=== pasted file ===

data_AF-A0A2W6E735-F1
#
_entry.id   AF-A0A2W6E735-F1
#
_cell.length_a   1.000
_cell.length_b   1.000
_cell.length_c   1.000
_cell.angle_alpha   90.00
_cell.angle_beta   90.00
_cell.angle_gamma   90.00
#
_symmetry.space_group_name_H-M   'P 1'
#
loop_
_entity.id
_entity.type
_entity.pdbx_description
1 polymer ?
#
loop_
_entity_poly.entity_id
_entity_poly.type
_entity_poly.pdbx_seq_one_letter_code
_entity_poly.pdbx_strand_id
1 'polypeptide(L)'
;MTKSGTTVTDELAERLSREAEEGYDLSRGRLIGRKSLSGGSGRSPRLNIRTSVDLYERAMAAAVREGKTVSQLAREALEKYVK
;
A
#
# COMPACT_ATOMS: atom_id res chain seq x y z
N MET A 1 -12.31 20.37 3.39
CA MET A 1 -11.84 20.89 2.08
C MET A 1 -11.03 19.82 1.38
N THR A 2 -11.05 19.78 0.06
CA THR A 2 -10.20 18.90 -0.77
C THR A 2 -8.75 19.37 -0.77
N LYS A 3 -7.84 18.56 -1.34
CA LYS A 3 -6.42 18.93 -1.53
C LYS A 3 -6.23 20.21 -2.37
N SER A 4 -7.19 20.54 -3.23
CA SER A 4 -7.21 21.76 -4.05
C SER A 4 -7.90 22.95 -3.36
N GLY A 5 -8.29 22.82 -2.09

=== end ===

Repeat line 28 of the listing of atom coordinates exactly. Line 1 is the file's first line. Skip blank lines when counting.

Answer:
A